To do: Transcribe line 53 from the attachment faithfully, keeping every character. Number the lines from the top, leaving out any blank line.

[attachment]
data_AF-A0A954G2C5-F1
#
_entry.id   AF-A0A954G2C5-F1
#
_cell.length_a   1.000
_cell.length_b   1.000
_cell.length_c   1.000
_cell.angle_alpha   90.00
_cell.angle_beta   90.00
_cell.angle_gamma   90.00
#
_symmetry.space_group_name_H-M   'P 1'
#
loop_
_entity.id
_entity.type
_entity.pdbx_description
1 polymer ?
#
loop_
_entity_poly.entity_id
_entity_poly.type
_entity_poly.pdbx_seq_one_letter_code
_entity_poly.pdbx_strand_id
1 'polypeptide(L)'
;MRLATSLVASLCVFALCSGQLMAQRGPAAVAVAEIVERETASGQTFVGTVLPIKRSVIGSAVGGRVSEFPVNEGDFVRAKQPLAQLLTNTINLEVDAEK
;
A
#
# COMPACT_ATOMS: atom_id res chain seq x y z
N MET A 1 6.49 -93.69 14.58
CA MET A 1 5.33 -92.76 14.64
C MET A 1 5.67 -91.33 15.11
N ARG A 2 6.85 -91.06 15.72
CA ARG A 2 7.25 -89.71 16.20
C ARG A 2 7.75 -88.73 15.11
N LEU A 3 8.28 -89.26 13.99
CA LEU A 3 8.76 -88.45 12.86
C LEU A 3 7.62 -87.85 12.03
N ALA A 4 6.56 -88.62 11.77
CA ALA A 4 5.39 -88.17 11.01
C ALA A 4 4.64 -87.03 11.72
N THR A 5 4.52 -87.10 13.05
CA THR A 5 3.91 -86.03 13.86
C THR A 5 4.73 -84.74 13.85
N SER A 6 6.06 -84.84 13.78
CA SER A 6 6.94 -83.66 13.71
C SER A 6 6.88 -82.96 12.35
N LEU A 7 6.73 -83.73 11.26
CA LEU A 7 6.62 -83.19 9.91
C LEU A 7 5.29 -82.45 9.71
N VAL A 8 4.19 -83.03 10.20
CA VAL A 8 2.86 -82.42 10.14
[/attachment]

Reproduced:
CA VAL A 8 2.86 -82.42 10.14